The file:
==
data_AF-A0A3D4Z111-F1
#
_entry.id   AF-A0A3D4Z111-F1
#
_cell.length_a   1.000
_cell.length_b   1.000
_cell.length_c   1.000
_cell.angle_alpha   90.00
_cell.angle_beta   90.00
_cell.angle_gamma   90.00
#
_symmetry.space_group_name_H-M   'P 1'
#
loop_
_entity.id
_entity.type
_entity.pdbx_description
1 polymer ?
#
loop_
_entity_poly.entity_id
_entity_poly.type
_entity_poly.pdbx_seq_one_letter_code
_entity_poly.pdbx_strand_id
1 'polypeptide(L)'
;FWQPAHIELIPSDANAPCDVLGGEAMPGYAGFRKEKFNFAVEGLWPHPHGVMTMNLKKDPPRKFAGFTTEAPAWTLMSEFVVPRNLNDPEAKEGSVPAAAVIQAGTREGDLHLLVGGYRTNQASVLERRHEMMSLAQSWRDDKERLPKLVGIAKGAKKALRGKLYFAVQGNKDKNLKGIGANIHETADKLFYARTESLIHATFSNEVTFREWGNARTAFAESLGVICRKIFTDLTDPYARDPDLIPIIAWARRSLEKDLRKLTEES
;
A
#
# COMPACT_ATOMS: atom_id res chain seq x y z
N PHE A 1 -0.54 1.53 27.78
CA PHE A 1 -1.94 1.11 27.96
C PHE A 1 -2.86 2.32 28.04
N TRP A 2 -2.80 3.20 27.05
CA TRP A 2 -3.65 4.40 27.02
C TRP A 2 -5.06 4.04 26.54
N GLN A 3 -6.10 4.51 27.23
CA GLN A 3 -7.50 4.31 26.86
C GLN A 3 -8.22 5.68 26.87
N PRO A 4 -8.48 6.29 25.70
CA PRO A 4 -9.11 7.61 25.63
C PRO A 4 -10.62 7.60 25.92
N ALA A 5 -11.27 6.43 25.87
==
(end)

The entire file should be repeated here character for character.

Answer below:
data_AF-A0A3D4Z111-F1
#
_entry.id   AF-A0A3D4Z111-F1
#
_cell.length_a   1.000
_cell.length_b   1.000
_cell.length_c   1.000
_cell.angle_alpha   90.00
_cell.angle_beta   90.00
_cell.angle_gamma   90.00
#
_symmetry.space_group_name_H-M   'P 1'
#
loop_
_entity.id
_entity.type
_entity.pdbx_description
1 polymer ?
#
loop_
_entity_poly.entity_id
_entity_poly.type
_entity_poly.pdbx_seq_one_letter_code
_entity_poly.pdbx_strand_id
1 'polypeptide(L)'
;FWQPAHIELIPSDANAPCDVLGGEAMPGYAGFRKEKFNFAVEGLWPHPHGVMTMNLKKDPPRKFAGFTTEAPAWTLMSEFVVPRNLNDPEAKEGSVPAAAVIQAGTREGDLHLLVGGYRTNQASVLERRHEMMSLAQSWRDDKERLPKLVGIAKGAKKALRGKLYFAVQGNKDKNLKGIGANIHETADKLFYARTESLIHATFSNEVTFREWGNARTAFAESLGVICRKIFTDLTDPYARDPDLIPIIAWARRSLEKDLRKLTEES
;
A
#
# COMPACT_ATOMS: atom_id res chain seq x y z
N PHE A 1 -0.54 1.53 27.78
CA PHE A 1 -1.94 1.11 27.96
C PHE A 1 -2.86 2.32 28.04
N TRP A 2 -2.80 3.20 27.05
CA TRP A 2 -3.65 4.40 27.02
C TRP A 2 -5.06 4.04 26.54
N GLN A 3 -6.10 4.51 27.23
CA GLN A 3 -7.50 4.31 26.86
C GLN A 3 -8.22 5.68 26.87
N PRO A 4 -8.48 6.29 25.70
CA PRO A 4 -9.11 7.61 25.63
C PRO A 4 -10.62 7.60 25.92
N ALA A 5 -11.27 6.43 25.87